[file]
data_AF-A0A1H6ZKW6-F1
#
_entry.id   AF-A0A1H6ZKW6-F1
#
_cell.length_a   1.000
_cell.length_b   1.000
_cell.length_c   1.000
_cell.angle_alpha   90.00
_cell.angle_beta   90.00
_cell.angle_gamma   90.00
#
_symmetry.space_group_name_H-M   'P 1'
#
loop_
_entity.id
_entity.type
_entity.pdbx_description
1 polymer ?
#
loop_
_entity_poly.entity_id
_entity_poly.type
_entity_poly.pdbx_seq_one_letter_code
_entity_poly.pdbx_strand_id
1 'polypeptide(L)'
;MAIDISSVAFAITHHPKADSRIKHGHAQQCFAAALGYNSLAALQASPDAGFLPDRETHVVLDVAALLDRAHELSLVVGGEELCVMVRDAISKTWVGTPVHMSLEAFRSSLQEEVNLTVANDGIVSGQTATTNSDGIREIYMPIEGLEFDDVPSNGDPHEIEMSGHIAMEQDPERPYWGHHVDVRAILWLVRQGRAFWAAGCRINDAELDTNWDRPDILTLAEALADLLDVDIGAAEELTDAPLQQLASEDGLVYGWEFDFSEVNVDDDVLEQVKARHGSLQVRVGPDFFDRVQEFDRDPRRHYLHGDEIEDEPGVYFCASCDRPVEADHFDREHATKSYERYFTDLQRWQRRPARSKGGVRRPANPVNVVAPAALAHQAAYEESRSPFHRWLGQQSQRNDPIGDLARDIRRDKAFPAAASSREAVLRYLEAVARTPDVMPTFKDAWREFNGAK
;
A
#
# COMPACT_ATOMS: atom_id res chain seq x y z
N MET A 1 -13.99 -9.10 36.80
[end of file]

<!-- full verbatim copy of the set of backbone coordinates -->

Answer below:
data_AF-A0A1H6ZKW6-F1
#
_entry.id   AF-A0A1H6ZKW6-F1
#
_cell.length_a   1.000
_cell.length_b   1.000
_cell.length_c   1.000
_cell.angle_alpha   90.00
_cell.angle_beta   90.00
_cell.angle_gamma   90.00
#
_symmetry.space_group_name_H-M   'P 1'
#
loop_
_entity.id
_entity.type
_entity.pdbx_description
1 polymer ?
#
loop_
_entity_poly.entity_id
_entity_poly.type
_entity_poly.pdbx_seq_one_letter_code
_entity_poly.pdbx_strand_id
1 'polypeptide(L)'
;MAIDISSVAFAITHHPKADSRIKHGHAQQCFAAALGYNSLAALQASPDAGFLPDRETHVVLDVAALLDRAHELSLVVGGEELCVMVRDAISKTWVGTPVHMSLEAFRSSLQEEVNLTVANDGIVSGQTATTNSDGIREIYMPIEGLEFDDVPSNGDPHEIEMSGHIAMEQDPERPYWGHHVDVRAILWLVRQGRAFWAAGCRINDAELDTNWDRPDILTLAEALADLLDVDIGAAEELTDAPLQQLASEDGLVYGWEFDFSEVNVDDDVLEQVKARHGSLQVRVGPDFFDRVQEFDRDPRRHYLHGDEIEDEPGVYFCASCDRPVEADHFDREHATKSYERYFTDLQRWQRRPARSKGGVRRPANPVNVVAPAALAHQAAYEESRSPFHRWLGQQSQRNDPIGDLARDIRRDKAFPAAASSREAVLRYLEAVARTPDVMPTFKDAWREFNGAK
;
A
#
# COMPACT_ATOMS: atom_id res chain seq x y z
N MET A 1 -13.99 -9.10 36.80